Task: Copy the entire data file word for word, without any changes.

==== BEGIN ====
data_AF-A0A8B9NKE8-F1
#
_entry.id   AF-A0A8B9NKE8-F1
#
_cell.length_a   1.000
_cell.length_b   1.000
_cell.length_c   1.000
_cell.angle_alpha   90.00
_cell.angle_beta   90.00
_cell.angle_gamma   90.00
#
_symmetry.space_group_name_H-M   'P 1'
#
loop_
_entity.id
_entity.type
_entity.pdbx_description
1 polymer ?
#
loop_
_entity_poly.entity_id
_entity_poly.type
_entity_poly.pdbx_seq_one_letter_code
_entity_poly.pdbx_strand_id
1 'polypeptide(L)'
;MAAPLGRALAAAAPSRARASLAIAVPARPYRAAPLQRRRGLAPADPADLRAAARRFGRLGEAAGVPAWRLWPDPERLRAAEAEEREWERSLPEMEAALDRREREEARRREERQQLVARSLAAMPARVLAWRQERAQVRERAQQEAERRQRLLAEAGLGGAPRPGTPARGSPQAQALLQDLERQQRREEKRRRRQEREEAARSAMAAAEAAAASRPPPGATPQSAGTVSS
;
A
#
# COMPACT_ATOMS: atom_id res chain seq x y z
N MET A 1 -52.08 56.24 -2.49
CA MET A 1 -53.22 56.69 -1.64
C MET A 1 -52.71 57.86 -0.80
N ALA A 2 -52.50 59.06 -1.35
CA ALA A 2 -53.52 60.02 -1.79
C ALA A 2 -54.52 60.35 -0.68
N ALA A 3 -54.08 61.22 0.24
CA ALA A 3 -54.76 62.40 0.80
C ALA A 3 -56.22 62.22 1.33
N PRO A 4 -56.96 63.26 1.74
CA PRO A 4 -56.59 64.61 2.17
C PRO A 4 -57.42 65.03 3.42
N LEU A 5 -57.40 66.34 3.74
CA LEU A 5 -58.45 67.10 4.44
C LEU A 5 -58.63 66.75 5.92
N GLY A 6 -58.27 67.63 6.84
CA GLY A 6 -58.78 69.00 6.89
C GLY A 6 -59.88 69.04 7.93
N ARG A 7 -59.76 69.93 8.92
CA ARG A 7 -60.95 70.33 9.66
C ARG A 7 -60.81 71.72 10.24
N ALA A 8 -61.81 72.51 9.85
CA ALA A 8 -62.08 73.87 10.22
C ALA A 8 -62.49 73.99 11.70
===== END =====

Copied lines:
data_AF-A0A8B9NKE8-F1
#
_entry.id   AF-A0A8B9NKE8-F1
#
_cell.length_a   1.000
_cell.length_b   1.000
_cell.length_c   1.000
_cell.angle_alpha   90.00
_cell.angle_beta   90.00
_cell.angle_gamma   90.00
#
_symmetry.space_group_name_H-M   'P 1'
#
loop_
_entity.id
_entity.type
_entity.pdbx_description
1 polymer ?
#
loop_
_entity_poly.entity_id
_entity_poly.type
_entity_poly.pdbx_seq_one_letter_code
_entity_poly.pdbx_strand_id
1 'polypeptide(L)'
;MAAPLGRALAAAAPSRARASLAIAVPARPYRAAPLQRRRGLAPADPADLRAAARRFGRLGEAAGVPAWRLWPDPERLRAAEAEEREWERSLPEMEAALDRREREEARRREERQQLVARSLAAMPARVLAWRQERAQVRERAQQEAERRQRLLAEAGLGGAPRPGTPARGSPQAQALLQDLERQQRREEKRRRRQEREEAARSAMAAAEAAAASRPPPGATPQSAGTVSS
;
A
#
# COMPACT_ATOMS: atom_id res chain seq x y z
N MET A 1 -52.08 56.24 -2.49
CA MET A 1 -53.22 56.69 -1.64
C MET A 1 -52.71 57.86 -0.80
N ALA A 2 -52.50 59.06 -1.35
CA ALA A 2 -53.52 60.02 -1.79
C ALA A 2 -54.52 60.35 -0.68
N ALA A 3 -54.08 61.22 0.24
CA ALA A 3 -54.76 62.40 0.80
C ALA A 3 -56.22 62.22 1.33
N PRO A 4 -56.96 63.26 1.74
CA PRO A 4 -56.59 64.61 2.17
C PRO A 4 -57.42 65.03 3.42
N LEU A 5 -57.40 66.34 3.74
CA LEU A 5 -58.45 67.10 4.44
C LEU A 5 -58.63 66.75 5.92
N GLY A 6 -58.27 67.63 6.84
CA GLY A 6 -58.78 69.00 6.89
C GLY A 6 -59.88 69.04 7.93
N ARG A 7 -59.76 69.93 8.92
CA ARG A 7 -60.95 70.33 9.66
C ARG A 7 -60.81 71.72 10.24
N ALA A 8 -61.81 72.51 9.85
CA ALA A 8 -62.08 73.87 10.22
C ALA A 8 -62.49 73.99 11.70